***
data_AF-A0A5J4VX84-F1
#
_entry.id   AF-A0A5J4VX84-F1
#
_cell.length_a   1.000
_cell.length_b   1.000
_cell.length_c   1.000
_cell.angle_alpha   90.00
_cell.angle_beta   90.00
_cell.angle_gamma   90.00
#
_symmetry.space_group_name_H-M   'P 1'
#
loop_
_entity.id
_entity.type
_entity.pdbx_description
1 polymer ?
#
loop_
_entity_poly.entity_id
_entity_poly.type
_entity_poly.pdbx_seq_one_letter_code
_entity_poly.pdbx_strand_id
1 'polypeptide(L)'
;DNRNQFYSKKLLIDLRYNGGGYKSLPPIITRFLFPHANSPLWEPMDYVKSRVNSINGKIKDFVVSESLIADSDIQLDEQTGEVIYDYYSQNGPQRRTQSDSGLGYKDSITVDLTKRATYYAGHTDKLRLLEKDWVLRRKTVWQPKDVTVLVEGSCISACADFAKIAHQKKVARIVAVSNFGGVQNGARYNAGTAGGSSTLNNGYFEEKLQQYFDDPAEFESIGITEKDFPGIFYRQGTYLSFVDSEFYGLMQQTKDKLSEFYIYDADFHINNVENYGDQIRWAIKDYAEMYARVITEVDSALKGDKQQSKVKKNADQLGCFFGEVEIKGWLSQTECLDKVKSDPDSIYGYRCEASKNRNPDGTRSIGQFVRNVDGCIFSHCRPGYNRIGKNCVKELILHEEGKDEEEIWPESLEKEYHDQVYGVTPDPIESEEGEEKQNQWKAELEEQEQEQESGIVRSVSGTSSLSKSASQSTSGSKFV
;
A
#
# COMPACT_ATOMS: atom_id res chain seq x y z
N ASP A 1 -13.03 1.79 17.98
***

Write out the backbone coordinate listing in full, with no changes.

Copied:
data_AF-A0A5J4VX84-F1
#
_entry.id   AF-A0A5J4VX84-F1
#
_cell.length_a   1.000
_cell.length_b   1.000
_cell.length_c   1.000
_cell.angle_alpha   90.00
_cell.angle_beta   90.00
_cell.angle_gamma   90.00
#
_symmetry.space_group_name_H-M   'P 1'
#
loop_
_entity.id
_entity.type
_entity.pdbx_description
1 polymer ?
#
loop_
_entity_poly.entity_id
_entity_poly.type
_entity_poly.pdbx_seq_one_letter_code
_entity_poly.pdbx_strand_id
1 'polypeptide(L)'
;DNRNQFYSKKLLIDLRYNGGGYKSLPPIITRFLFPHANSPLWEPMDYVKSRVNSINGKIKDFVVSESLIADSDIQLDEQTGEVIYDYYSQNGPQRRTQSDSGLGYKDSITVDLTKRATYYAGHTDKLRLLEKDWVLRRKTVWQPKDVTVLVEGSCISACADFAKIAHQKKVARIVAVSNFGGVQNGARYNAGTAGGSSTLNNGYFEEKLQQYFDDPAEFESIGITEKDFPGIFYRQGTYLSFVDSEFYGLMQQTKDKLSEFYIYDADFHINNVENYGDQIRWAIKDYAEMYARVITEVDSALKGDKQQSKVKKNADQLGCFFGEVEIKGWLSQTECLDKVKSDPDSIYGYRCEASKNRNPDGTRSIGQFVRNVDGCIFSHCRPGYNRIGKNCVKELILHEEGKDEEEIWPESLEKEYHDQVYGVTPDPIESEEGEEKQNQWKAELEEQEQEQESGIVRSVSGTSSLSKSASQSTSGSKFV
;
A
#
# COMPACT_ATOMS: atom_id res chain seq x y z
N ASP A 1 -13.03 1.79 17.98